InflateSail is primarily intended as a satellite de-orbiting device. Its purpose is to provide a viable means of removing satellites from orbit once the satellites have reached the end of their service lives.
The InflateSail is an inflatable drag sail. It was one of three specific, useful, robust and innovative large space deployable technologies developed as part of the Large Deployable Technologies for Space project (DEPLOYTECH). The other technologies developed during the project were a deployable solar array of dimensions 1 x 5 metre and solar sail booms of maximum length 14 metres.
The original InflateSail proposal was for a large drag sail based on a gas generator system, and ultra thin inflatable booms for structural support. The intention was to build a drag sail that would fit in a three unit (3U) CubeSat (satellite platform/nanosatellite) when stowed. The standard 3U structure size is 10x10x34 cm. Find out more about sails in space.
Folding space sails
Inflatable structures make an attractive option for space applications because they can be lightweight due to their incredibly thin sail membranes, can be stowed in a relatively small volume, and can be expanded to fill a relatively large volume. To efficiently package sails, engineers have drawn inspiration from a variety of sources, including nature and the art form of origami. Find out more about folding solar sails.
Why it is needed
Satellites orbiting in the thermosphere, experience tiny amounts of drag as they collide with the small numbers of atmospheric molecules present at very high altitudes. The number of atmospheric molecules present in the thermosphere varies greatly under the influence of temperature and solar activity fluctuations. Over time, satellites impart enough energy to the molecules they encounter atmospheric entry; burning up in the process. The slow process of momentum loss, leading to atmospheric entry, can take many years. Decommissioned satellites in orbit can pose a threat to both manned and unmanned spacecraft.
By increasing the projected frontal area of the satellite, InflateSail will accelerate the process of momentum transfer from the satellite to the thin atmosphere, dramatically reducing the time a decommissioned spacecraft spends in orbit. It will consist of a series of inflatable booms, which act as a supporting truss for a very thin sail, or membrane.
The source of inflation gas for Inflatesail will be small devices called Cool Gas Generators, provided by TNO and CGG Technologies. The gas (most likely Nitrogen) is stored in a solid state, before being released on cue in an uncontrolled decomposition which delivers a specific quantity of gas.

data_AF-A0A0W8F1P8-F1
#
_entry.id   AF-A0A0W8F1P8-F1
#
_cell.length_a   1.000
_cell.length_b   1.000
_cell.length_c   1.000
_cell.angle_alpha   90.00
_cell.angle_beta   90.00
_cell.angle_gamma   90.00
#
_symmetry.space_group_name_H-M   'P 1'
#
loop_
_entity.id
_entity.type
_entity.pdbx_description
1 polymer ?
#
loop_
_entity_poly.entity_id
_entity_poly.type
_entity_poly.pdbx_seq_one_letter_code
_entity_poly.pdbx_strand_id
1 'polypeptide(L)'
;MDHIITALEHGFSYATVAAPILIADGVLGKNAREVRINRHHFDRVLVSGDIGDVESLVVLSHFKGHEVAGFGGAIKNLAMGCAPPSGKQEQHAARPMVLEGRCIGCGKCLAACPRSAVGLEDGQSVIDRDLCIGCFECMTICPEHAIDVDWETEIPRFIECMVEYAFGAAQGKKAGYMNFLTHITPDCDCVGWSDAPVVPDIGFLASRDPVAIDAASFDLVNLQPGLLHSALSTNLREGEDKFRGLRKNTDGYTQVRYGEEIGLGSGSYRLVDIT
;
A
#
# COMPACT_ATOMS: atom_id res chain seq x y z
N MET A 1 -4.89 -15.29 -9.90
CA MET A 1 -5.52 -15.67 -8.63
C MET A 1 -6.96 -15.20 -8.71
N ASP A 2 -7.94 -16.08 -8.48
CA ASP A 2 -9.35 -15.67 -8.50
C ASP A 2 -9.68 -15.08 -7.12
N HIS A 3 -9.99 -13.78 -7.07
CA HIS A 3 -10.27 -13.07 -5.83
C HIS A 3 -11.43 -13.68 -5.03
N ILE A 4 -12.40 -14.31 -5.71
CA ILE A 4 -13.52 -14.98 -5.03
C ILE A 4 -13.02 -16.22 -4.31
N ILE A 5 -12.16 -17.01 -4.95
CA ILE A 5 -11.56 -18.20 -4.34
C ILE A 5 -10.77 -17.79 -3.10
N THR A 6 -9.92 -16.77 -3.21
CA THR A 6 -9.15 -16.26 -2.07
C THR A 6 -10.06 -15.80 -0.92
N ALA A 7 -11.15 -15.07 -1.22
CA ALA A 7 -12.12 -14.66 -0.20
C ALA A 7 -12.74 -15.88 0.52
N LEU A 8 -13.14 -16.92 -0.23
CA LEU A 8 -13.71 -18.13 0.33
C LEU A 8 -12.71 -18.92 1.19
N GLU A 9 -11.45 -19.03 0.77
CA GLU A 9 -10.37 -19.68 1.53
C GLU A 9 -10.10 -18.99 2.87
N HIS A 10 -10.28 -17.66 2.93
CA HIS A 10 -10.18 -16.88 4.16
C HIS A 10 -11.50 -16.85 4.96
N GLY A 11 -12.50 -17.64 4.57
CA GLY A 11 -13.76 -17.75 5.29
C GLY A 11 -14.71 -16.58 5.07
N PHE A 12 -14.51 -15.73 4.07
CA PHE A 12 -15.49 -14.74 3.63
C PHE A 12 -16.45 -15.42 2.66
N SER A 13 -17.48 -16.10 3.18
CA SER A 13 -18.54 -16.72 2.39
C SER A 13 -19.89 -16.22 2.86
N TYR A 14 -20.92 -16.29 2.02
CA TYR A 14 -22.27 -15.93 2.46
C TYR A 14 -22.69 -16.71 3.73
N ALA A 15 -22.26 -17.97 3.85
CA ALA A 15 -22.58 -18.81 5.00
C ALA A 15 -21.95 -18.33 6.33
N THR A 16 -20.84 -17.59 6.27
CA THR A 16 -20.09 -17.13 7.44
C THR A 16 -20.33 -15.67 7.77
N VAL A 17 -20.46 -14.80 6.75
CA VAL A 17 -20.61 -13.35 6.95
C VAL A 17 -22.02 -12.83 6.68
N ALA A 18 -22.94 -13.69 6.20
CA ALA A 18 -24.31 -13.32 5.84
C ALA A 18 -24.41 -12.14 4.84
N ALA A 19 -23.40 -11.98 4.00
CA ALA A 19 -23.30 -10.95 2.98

Eventually, the gas used to inflate the structure will escape. Reasons for loss of pressure include small pinholes introduced into the structure's membrane during folding and storage, and impacts with small pieces of debris and micro-meteors. Once internal pressure has been lost, it is important that the structure maintain its shape in order that it may continue to serve its purpose.
Some proposed methods for performing rigidisation in space are:
- Mechanical rigidisation: strain-hardening/yielding of aluminium-polymer laminates
- Physical rigidisation: shape memory alloys, solvent evaporation outgassing
- Chemical rigidisation: thermal/UV curing, gas catalysed polymerisation
Of these methods, only mechanical rigidisation has been demonstrated in space, and so appears to be the most promising option for Inflatesail. The process of material yield rigidisation involves inflating a polymer-metal laminate such that its ductile metal component is strained just beyond the point of plastic deformation. This removes imperfections in the previously folded membrane, and increases structural rigidity once internal pressure has been lost.
- Fernandez, J.; Viquerat, A.; Lappas, V. & Daton-Lovett, A., Bistable Over the Whole Length (BOWL) CFRP Booms for Solar Sails, 3rd International Symposium on Solar Sailing, 11-13th June, Glasgow, Scotland, 2013
- Johnson, L.; Russell, T.; Young, R. & Heaton,A., Reduction of Martian Sample Return Mission Launch Mass with Solar Sail Propulsion, 3rd International Symposium on Solar Sailing. 11-13th June, Glasgow, Scotland., 2013
- Lappas, V.; Fernandez, J.; Visagie, L.; Stohlman, O.; Viquerat, A.; Prassinos, G.; Theodorou, T. & Schenk, M., Demonstrator Flight Missions at the Surrey Space Centre involving Gossamer Sails, 3rd International Symposium on Solar Sailing. 11-13th June, Glasgow, Scotland., 2013
- Russell, T., DEPLOYTECH: Mars sample return concept study delta results, National Aeronautics and Space Administration, Technical Report, 2012
- Schenk, M.; Kerr, S.; Smyth, A. & Guest, S., Inflatable Cylinders for Deployable Space Structures, Proceedings of the First Conference Transformables 2013, 18-20th September 2013, Seville, Spain., 2013
- Schenk, M.; Viquerat, A.; Seffen, K. & Guest, S., SUBMITTED: Review of Infatable Booms for Deployable Space Structures: Packing and Rigidization, ASME Journal of Spacecraft and Rockets, 2013
- Secheli, G. & McKenzie, G., ACCEPTED: Design and evaluation of inflatable structural concepts for aerodynamic drag augmentation, 64th International Astronautical Congress. 23-27th September, Beijing, China., 2013
- Straubel, M.; Zander, M. & Hühne, C., Design and Sizing of the GOSSAMER Boom Deployment Concept, 3rd International Symposium on Solar Sailing. 11-13th June, Glasgow,Scotland., 2013
- Viquerat, A., DeployTech: Large deployable technologies for space, 2nd FP7 Space Research Conference. Larnaca, Cyprus, November, 2012